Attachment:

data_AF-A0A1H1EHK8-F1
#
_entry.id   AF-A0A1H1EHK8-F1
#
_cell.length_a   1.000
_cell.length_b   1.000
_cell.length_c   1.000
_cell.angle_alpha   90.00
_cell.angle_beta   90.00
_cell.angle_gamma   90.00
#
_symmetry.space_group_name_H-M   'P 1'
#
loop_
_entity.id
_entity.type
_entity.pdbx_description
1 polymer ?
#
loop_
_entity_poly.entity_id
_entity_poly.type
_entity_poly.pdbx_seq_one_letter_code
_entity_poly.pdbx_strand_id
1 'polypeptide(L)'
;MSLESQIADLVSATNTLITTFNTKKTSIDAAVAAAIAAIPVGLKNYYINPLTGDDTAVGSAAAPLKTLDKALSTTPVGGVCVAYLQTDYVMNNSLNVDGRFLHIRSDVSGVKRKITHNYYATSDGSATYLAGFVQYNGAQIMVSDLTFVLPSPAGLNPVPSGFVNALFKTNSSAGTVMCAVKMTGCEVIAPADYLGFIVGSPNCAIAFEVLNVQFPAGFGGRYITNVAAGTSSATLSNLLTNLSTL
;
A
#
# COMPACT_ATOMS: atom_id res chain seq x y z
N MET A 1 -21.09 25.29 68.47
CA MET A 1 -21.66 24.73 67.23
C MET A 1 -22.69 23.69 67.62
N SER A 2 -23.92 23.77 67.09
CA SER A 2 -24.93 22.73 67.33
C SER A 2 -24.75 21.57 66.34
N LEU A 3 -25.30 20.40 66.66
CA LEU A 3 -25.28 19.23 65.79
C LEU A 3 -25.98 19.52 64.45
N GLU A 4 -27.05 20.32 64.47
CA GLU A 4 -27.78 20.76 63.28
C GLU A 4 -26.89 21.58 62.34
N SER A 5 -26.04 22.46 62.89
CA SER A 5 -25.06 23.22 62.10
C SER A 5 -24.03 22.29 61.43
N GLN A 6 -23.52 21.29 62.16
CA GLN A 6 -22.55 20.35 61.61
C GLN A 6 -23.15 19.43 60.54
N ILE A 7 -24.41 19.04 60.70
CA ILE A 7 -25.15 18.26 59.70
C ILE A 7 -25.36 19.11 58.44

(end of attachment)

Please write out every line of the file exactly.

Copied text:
data_AF-A0A1H1EHK8-F1
#
_entry.id   AF-A0A1H1EHK8-F1
#
_cell.length_a   1.000
_cell.length_b   1.000
_cell.length_c   1.000
_cell.angle_alpha   90.00
_cell.angle_beta   90.00
_cell.angle_gamma   90.00
#
_symmetry.space_group_name_H-M   'P 1'
#
loop_
_entity.id
_entity.type
_entity.pdbx_description
1 polymer ?
#
loop_
_entity_poly.entity_id
_entity_poly.type
_entity_poly.pdbx_seq_one_letter_code
_entity_poly.pdbx_strand_id
1 'polypeptide(L)'
;MSLESQIADLVSATNTLITTFNTKKTSIDAAVAAAIAAIPVGLKNYYINPLTGDDTAVGSAAAPLKTLDKALSTTPVGGVCVAYLQTDYVMNNSLNVDGRFLHIRSDVSGVKRKITHNYYATSDGSATYLAGFVQYNGAQIMVSDLTFVLPSPAGLNPVPSGFVNALFKTNSSAGTVMCAVKMTGCEVIAPADYLGFIVGSPNCAIAFEVLNVQFPAGFGGRYITNVAAGTSSATLSNLLTNLSTL
;
A
#
# COMPACT_ATOMS: atom_id res chain seq x y z
N MET A 1 -21.09 25.29 68.47
CA MET A 1 -21.66 24.73 67.23
C MET A 1 -22.69 23.69 67.62
N SER A 2 -23.92 23.77 67.09
CA SER A 2 -24.93 22.73 67.33
C SER A 2 -24.75 21.57 66.34
N LEU A 3 -25.30 20.40 66.66
CA LEU A 3 -25.28 19.23 65.79
C LEU A 3 -25.98 19.52 64.45
N GLU A 4 -27.05 20.32 64.47
CA GLU A 4 -27.78 20.76 63.28
C GLU A 4 -26.89 21.58 62.34
N SER A 5 -26.04 22.46 62.89
CA SER A 5 -25.06 23.22 62.10
C SER A 5 -24.03 22.29 61.43
N GLN A 6 -23.52 21.29 62.16
CA GLN A 6 -22.55 20.35 61.61
C GLN A 6 -23.15 19.43 60.54
N ILE A 7 -24.41 19.04 60.70
CA ILE A 7 -25.15 18.26 59.70
C ILE A 7 -25.36 19.11 58.44